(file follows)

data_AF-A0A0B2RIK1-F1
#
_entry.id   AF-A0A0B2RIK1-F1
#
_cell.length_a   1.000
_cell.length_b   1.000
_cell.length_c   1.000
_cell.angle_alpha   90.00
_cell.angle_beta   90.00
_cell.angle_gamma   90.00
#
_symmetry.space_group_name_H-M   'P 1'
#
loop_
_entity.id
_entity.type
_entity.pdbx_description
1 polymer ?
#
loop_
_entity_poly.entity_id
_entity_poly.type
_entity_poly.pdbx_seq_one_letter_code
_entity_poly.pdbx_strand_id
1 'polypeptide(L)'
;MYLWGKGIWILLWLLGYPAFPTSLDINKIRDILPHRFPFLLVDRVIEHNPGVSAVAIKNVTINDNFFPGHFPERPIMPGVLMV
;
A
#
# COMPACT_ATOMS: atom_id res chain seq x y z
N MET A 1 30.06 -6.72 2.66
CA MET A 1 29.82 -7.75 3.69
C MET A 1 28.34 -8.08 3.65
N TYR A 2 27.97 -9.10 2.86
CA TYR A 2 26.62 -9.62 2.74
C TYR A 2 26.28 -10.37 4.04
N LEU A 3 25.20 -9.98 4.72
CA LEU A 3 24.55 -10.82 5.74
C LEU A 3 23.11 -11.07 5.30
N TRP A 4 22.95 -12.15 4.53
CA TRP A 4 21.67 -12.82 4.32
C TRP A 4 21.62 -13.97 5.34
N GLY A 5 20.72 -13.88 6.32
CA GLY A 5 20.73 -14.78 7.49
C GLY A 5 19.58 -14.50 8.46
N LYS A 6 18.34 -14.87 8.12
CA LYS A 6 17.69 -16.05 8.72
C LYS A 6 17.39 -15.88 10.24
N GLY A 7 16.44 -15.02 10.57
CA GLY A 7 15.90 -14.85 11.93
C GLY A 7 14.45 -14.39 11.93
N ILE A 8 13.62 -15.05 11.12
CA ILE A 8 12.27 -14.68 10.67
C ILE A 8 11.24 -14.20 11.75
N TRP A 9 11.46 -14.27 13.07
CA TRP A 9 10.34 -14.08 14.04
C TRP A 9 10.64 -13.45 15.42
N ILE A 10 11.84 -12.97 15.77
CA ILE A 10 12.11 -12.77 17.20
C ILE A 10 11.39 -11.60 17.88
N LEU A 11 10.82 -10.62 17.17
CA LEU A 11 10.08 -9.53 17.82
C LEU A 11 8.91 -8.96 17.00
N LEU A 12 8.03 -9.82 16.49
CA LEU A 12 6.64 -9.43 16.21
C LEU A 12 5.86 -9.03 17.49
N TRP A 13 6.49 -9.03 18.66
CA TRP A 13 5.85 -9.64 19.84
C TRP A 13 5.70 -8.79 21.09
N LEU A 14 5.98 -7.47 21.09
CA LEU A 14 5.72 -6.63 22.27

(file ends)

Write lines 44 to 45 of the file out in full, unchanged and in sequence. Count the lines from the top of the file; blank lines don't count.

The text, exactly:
CA GLY A 5 20.73 -14.78 7.49
C GLY A 5 19.58 -14.50 8.46